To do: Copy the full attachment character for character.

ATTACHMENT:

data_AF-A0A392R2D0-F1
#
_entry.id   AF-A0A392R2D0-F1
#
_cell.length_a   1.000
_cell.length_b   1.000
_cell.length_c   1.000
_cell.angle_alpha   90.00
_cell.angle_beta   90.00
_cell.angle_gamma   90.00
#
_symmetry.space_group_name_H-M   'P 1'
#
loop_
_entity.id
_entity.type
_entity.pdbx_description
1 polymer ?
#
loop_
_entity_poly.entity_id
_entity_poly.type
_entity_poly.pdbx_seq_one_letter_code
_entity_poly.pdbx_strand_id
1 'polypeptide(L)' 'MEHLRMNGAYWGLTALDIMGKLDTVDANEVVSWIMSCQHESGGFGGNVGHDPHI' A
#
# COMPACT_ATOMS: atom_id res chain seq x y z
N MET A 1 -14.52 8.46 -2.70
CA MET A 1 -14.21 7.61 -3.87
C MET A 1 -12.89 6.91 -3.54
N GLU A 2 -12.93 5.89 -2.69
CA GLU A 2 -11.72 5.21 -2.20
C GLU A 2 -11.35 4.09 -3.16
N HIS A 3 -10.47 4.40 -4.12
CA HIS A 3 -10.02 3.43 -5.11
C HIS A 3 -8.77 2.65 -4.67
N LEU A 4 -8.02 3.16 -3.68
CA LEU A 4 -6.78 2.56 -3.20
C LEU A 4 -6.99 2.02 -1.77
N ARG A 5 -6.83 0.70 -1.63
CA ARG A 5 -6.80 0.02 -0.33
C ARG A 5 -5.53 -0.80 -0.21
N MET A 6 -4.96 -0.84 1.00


data_AF-A0A392R2D0-F1
#
_entry.id   AF-A0A392R2D0-F1
#
_cell.length_a   1.000
_cell.length_b   1.000
_cell.length_c   1.000
_cell.angle_alpha   90.00
_cell.angle_beta   90.00
_cell.angle_gamma   90.00
#
_symmetry.space_group_name_H-M   'P 1'
#
loop_
_entity.id
_entity.type
_entity.pdbx_description
1 polymer ?
#
loop_
_entity_poly.entity_id
_entity_poly.type
_entity_poly.pdbx_seq_one_letter_code
_entity_poly.pdbx_strand_id
1 'polypeptide(L)' 'MEHLRMNGAYWGLTALDIMGKLDTVDANEVVSWIMSCQHESGGFGGNVGHDPHI' A
#
# COMPACT_ATOMS: atom_id res chain seq x y z
N MET A 1 -14.52 8.46 -2.70
CA MET A 1 -14.21 7.61 -3.87
C MET A 1 -12.89 6.91 -3.54
N GLU A 2 -12.93 5.89 -2.69
CA GLU A 2 -11.72 5.21 -2.20
C GLU A 2 -11.35 4.09 -3.16
N HIS A 3 -10.47 4.40 -4.12
CA HIS A 3 -10.02 3.43 -5.11
C HIS A 3 -8.77 2.65 -4.67
N LEU A 4 -8.02 3.16 -3.68
CA LEU A 4 -6.78 2.56 -3.20
C LEU A 4 -6.99 2.02 -1.77
N ARG A 5 -6.83 0.70 -1.63
CA ARG A 5 -6.80 0.02 -0.33
C ARG A 5 -5.53 -0.80 -0.21
N MET A 6 -4.96 -0.84 1.00